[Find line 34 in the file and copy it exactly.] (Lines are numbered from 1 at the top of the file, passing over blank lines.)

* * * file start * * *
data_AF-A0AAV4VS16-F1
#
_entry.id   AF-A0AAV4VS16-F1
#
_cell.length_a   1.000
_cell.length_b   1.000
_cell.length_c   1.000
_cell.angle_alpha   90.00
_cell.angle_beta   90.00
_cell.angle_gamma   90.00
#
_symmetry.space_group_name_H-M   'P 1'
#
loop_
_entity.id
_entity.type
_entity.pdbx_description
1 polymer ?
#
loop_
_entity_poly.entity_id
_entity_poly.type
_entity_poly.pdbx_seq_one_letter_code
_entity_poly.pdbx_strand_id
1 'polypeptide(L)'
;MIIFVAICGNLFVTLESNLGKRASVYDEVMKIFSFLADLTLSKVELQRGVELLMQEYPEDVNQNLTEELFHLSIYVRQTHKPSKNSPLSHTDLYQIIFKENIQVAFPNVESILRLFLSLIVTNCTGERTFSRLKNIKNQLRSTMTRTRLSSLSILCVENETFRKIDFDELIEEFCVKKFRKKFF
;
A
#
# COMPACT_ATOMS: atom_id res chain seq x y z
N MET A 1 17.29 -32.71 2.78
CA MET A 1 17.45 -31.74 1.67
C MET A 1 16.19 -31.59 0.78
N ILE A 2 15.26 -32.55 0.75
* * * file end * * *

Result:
N ILE A 2 15.26 -32.55 0.75